Monday, May 15, 2006

REVIEW: Doctor Who - Father's Day

[Review written for Gallifrey One: 2005]

“Father's Day” is very much a rollercoaster. The drama starts off light and simple and then twists and turns through a variety of emotional loops, each getting more and more intense.

This episode offers a very simple premise: What if you could stop a tragedy in your personal history? It's a simple idea, and surprisingly, for something so obvious to time travel, not one that Doctor Who has really dealt with before. It's certainly not a premise that has been taken to it's full emotional potential. Here we see Rose taking a course of action that is so utterly wrong yet so utterly understandable for anyone in her situation; Rose saves her dead father and the Doctor didn't see it coming.

Father's Day works on many levels thanks to its strong character progressions. First and most obvious is Rose, who quite frankly, hasn't had the spotlight I expected her to have throughout the season. The story intelligently takes her through an emotional drama, which, despite it's highly theoretical scenario, feels real. Considering the extent of unearthly circumstances her father has to comprehend in no more than 45 minutes, his character's introduction and evolution works very well.

This is where the story scores so well. It leaves the time techno babble largely to the side and allows the script to deal with the effects of temporal damage has on the main characters. There's a lot to cover if the writing is to convince the viewer that the characters are acting realistically in such a bizarre circumstance, and Paul Cornell really does pull it off.

Shaun Dingwell does a great job as Rose's father, Pete. He breathes the humanity and realism into the character. If Pete had been miscast, the whole scenario would have fallen apart. Piper gets to show off her own emotional skills and does a fine job as always. Eccleston also delivers a solid role; however the events of the episode do somewhat weaken his strength in the lead role as the Doctor.

The Doctor is changing, and that amount is clear. One of the more subtle storylines in this episode is his isolation from humanity. It doesn't seem to occur to him that Rose might try and save her father and this seems surprisingly naive for the character. His isolation is something that Rose has noticed, and in one of her less endearing moments (but certainly one of the most realistic portrayals of a teenager on TV) she makes it clear she knows he'll never leave her and he'll be back like a lost puppy. He needs the emotional human contact she gives him, envies that gift of humanity which he never had with his people and even what he did have is now gone. In someway, it's a very touching perspective, but it does weaken both his character and mystery. Somehow it feels wrong for a 19 year old to have such power over him.

Perhaps that's one of the biggest mistakes of the new series. The creators seem insistent that Rose and the Doctor are equal. Some say that she is more than the Doctor, and that doesn't really come across. Certainly she's not so world weary, but that comes from 900 years of experience, but she doesn't quite seem the gem of humanity the writers and the Doctor see. She comes across as a teenager. Strangely, that’s a compliment as there are few dramas that can write a teenager well, however there is a little that makes her seem much more than the average teenager. I don't feel that comes across in the stories as being so special - regardless of Ms Piper's constantly solid acting. She certainly has tough competition to prove her worth too. Ian Chesterton, Sarah Jane Smith, Jamie McCrimmon, Jo Grant, Barbara Wright to name a few.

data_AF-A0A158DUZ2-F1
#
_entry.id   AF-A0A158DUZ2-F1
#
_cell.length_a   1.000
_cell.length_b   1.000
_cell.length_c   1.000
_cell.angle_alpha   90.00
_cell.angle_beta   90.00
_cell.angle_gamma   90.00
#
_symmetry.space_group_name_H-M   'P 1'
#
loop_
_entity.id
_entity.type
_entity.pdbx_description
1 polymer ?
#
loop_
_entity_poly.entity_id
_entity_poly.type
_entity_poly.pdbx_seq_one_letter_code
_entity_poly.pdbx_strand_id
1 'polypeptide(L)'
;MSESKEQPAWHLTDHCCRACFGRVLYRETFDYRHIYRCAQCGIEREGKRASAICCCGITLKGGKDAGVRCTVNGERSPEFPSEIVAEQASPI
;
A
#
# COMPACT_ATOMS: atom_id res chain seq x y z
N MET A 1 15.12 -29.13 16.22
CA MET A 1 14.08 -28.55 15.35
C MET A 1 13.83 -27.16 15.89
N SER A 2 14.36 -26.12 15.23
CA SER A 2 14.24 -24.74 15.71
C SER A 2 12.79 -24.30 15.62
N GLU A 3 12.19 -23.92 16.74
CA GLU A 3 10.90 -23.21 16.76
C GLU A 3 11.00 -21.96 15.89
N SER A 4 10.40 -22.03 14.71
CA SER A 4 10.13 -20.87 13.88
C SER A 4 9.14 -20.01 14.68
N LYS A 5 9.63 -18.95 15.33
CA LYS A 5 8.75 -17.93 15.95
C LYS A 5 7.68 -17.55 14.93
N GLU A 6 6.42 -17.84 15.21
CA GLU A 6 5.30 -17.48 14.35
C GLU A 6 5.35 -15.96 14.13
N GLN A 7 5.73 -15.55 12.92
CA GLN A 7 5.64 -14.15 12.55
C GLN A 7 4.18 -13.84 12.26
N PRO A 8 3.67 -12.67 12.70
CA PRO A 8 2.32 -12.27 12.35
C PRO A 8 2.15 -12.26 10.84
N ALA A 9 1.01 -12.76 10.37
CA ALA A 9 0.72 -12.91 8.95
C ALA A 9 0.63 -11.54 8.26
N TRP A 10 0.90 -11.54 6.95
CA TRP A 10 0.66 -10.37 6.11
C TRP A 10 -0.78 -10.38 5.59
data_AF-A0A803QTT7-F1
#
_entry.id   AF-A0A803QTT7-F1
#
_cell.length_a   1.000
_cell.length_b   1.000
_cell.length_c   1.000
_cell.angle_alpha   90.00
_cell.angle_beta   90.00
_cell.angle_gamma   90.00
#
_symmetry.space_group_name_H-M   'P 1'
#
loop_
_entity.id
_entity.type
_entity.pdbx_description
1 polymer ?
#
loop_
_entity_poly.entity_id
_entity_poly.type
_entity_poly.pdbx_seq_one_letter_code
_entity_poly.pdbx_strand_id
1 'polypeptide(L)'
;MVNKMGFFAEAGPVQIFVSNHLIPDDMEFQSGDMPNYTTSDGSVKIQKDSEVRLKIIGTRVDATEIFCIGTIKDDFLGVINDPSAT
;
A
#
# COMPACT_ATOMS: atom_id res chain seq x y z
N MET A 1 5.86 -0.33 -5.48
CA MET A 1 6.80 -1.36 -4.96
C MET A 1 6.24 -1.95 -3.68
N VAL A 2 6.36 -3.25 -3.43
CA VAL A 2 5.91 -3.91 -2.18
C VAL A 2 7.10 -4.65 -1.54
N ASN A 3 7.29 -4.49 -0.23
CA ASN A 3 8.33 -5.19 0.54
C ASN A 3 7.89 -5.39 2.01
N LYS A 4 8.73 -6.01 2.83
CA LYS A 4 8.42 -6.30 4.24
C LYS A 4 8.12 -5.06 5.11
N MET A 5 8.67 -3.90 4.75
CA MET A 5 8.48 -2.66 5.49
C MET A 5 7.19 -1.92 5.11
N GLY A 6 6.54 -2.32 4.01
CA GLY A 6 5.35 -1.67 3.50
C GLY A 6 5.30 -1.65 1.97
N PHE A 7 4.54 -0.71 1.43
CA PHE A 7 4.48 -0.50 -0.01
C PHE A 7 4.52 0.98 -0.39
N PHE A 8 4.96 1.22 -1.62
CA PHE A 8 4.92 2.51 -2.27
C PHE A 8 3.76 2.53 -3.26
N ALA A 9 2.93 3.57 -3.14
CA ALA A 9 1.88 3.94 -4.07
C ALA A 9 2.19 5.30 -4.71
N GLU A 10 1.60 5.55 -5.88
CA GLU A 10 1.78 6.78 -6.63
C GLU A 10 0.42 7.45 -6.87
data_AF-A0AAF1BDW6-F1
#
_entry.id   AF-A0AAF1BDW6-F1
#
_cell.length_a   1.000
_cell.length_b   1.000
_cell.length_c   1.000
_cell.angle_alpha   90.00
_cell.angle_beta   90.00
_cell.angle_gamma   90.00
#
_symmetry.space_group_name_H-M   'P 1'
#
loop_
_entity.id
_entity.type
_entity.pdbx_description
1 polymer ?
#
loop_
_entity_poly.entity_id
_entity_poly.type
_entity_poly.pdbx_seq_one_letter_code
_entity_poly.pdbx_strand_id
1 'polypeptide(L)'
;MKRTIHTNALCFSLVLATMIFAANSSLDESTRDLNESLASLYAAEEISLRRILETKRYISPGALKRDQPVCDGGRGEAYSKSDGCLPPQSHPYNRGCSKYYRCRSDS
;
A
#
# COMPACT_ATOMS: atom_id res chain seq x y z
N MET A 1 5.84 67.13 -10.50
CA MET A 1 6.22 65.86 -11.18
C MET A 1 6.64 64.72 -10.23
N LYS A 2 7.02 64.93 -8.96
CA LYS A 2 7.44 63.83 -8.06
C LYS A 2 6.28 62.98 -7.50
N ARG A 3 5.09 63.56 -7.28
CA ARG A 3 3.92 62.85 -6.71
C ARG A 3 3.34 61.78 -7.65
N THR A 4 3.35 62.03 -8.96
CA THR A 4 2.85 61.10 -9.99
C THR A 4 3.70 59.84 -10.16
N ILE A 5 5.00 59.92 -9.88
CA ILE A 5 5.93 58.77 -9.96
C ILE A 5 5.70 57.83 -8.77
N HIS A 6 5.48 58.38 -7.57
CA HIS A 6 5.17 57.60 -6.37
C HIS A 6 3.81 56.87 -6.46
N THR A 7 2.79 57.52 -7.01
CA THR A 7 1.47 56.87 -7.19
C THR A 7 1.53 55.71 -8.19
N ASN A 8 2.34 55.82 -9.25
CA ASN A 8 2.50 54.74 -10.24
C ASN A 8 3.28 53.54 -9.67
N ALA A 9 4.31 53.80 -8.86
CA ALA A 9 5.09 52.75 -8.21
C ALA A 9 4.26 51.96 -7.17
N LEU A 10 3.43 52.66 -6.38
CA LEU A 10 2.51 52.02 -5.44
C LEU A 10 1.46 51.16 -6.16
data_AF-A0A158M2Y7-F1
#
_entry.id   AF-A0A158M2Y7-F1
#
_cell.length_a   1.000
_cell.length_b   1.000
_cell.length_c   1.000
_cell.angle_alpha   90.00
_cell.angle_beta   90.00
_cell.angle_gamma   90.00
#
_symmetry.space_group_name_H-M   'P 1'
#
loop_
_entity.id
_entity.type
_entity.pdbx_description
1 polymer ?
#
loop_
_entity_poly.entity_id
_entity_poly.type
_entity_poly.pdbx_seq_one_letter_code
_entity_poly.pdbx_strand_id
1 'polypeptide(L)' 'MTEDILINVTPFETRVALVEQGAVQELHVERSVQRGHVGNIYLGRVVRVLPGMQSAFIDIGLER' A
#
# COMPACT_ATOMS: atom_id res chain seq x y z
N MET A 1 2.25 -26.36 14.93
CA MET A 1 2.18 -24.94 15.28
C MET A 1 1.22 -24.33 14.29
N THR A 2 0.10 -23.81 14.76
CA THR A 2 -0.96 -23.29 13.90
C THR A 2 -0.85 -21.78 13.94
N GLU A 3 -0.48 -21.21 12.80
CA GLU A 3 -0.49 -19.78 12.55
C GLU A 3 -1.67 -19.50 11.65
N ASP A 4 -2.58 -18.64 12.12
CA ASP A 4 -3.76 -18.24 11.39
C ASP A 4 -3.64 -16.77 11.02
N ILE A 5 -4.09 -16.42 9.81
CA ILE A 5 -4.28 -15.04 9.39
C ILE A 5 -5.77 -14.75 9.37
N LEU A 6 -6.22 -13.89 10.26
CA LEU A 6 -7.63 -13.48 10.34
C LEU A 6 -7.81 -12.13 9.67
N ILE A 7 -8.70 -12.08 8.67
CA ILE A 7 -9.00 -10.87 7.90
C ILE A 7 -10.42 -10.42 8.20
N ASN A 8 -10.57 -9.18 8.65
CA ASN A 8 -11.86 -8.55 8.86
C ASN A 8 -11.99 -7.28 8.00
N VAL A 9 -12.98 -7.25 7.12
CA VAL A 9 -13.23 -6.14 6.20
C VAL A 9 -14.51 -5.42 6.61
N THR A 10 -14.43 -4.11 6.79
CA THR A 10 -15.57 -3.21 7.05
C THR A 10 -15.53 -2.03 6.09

Overall “Father’s Day” is a very good episode. Some small niggles get in the way. There is the occasional cringe worthy time cliché. For instance when kid Mickey, Rose's future boyfriend, is focused upon; there are some remarks about how much he'll cling to his future girlfriend. There is the old "I'm sure I know you from somewhere" line between father and future daughter. These are small, superfluous script gags that were acceptable twenty, thirty years ago, but now actually bring down dialogue quality.

The music is a little over indulgent. The haunting melody that accompanies every sad moment in the episode has no subtlety in its choice of instrumentation or how it's actioned. You can almost punctuate to the second when it's about to pop in and when it does, it just feels overtly artificial.

Aside from some dubious CG and a rather predictable resolution, this episode is very good. After all, the effects, the plot and the music are backseat to the emotional drama. The drama is lead performer in this story and it performs immensely well.

It's wonderful to see this series try so many different styles of drama and pretty much hit each style bang on. Great stuff. Now, go watch it again.

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